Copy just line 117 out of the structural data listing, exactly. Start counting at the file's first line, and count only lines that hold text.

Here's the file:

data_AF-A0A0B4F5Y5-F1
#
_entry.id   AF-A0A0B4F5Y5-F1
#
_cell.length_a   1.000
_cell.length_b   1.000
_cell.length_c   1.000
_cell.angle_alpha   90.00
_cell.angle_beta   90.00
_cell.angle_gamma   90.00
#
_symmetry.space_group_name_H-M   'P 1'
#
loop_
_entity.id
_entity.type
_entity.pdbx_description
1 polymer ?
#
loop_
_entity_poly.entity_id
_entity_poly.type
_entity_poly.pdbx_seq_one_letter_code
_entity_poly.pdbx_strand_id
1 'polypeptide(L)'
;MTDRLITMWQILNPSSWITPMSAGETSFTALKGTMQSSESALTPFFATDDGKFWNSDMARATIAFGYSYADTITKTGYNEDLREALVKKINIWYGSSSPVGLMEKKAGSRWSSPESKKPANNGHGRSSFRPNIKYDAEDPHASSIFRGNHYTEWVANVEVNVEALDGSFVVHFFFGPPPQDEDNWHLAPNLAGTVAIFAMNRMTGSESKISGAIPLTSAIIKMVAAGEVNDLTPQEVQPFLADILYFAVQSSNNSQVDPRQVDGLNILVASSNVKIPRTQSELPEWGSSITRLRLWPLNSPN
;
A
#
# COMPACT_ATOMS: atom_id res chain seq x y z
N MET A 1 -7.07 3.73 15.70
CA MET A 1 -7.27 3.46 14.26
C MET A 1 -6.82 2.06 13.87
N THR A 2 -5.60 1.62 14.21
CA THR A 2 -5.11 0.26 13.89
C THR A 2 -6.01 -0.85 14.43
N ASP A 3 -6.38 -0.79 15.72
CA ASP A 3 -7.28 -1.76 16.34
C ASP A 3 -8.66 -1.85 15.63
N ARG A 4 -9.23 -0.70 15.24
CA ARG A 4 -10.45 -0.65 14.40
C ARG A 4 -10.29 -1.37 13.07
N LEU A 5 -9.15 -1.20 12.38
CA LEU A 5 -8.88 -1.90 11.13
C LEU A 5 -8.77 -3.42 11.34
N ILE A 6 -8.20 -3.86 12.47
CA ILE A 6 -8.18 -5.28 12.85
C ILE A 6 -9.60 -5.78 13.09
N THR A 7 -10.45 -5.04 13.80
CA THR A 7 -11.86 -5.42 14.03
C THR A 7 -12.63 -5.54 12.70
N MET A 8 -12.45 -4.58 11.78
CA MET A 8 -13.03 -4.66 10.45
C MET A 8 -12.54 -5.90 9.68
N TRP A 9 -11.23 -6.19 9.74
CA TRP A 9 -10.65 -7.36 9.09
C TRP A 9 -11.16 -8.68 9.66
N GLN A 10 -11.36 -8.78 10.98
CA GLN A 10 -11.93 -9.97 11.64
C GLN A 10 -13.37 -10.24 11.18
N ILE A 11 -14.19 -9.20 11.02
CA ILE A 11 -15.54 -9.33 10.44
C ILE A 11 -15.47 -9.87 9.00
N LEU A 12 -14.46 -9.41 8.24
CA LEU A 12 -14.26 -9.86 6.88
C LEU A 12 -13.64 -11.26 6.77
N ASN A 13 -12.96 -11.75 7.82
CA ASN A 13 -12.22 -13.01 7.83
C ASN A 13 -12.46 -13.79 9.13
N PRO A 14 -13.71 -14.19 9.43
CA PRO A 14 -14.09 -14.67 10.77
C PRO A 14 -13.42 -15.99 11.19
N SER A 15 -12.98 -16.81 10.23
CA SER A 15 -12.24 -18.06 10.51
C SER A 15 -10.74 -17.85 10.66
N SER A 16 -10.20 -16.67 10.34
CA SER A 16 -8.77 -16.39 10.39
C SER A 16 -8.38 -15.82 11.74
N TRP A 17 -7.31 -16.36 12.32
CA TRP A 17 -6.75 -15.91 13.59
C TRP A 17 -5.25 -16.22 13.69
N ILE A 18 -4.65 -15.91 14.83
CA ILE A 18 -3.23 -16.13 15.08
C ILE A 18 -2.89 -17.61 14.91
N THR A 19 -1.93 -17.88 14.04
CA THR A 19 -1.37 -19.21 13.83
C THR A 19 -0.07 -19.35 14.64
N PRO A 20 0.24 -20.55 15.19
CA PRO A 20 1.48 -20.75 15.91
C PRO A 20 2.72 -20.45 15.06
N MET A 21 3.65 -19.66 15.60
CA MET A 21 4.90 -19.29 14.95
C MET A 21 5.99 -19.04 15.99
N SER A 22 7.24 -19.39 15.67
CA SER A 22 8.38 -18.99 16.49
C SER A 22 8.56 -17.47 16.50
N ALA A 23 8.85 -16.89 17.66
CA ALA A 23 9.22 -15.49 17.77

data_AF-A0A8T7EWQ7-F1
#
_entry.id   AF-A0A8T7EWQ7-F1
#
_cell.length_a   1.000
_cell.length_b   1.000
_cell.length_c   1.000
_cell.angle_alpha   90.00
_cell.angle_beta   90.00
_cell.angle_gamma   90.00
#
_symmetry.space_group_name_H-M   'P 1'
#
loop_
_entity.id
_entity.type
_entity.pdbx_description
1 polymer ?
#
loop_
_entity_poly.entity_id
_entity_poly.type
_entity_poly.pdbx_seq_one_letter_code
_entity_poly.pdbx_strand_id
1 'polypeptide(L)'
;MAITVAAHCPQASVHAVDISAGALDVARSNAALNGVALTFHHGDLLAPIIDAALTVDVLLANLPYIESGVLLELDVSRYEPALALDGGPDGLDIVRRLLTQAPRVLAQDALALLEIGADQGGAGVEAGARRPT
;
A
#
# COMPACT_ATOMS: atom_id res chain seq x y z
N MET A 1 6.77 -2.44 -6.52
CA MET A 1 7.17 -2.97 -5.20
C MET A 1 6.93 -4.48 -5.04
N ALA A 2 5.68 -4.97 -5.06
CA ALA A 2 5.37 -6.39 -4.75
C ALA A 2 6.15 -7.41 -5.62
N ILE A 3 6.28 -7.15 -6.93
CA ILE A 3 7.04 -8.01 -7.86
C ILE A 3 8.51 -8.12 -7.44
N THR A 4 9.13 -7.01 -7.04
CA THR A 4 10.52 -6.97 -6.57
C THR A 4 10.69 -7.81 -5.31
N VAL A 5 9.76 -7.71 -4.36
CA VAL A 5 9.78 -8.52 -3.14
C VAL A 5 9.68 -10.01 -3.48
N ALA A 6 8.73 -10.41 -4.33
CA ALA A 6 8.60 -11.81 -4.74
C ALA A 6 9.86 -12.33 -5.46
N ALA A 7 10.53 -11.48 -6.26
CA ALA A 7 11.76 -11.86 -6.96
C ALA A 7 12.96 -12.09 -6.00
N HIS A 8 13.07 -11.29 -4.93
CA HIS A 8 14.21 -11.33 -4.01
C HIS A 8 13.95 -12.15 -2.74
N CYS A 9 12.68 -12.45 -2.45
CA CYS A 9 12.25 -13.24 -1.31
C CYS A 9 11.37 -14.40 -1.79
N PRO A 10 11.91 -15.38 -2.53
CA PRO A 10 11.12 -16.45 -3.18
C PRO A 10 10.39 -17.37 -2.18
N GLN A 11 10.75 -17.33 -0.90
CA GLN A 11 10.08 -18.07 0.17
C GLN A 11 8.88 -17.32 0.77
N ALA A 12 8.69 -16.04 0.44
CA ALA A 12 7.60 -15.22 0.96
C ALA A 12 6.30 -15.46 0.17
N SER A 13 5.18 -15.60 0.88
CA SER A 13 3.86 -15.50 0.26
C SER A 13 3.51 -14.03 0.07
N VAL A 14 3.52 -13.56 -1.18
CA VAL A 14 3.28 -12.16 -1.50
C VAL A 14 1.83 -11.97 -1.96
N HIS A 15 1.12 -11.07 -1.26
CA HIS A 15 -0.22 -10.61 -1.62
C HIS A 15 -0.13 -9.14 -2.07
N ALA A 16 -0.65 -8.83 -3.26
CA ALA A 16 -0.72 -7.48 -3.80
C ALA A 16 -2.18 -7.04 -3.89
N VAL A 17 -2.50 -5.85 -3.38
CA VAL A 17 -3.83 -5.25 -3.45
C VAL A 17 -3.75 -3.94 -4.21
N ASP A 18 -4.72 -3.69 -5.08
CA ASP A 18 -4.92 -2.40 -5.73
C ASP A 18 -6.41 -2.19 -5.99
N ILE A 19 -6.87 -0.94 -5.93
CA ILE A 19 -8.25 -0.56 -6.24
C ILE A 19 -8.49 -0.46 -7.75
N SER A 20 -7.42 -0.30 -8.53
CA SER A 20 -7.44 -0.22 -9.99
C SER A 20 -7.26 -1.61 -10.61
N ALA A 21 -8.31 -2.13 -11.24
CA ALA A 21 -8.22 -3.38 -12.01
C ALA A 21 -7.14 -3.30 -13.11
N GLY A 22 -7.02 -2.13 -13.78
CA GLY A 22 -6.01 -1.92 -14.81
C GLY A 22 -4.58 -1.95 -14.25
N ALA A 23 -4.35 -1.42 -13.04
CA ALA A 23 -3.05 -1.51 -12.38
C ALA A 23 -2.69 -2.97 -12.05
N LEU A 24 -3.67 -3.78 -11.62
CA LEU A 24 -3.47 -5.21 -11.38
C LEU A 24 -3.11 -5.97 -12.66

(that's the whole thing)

#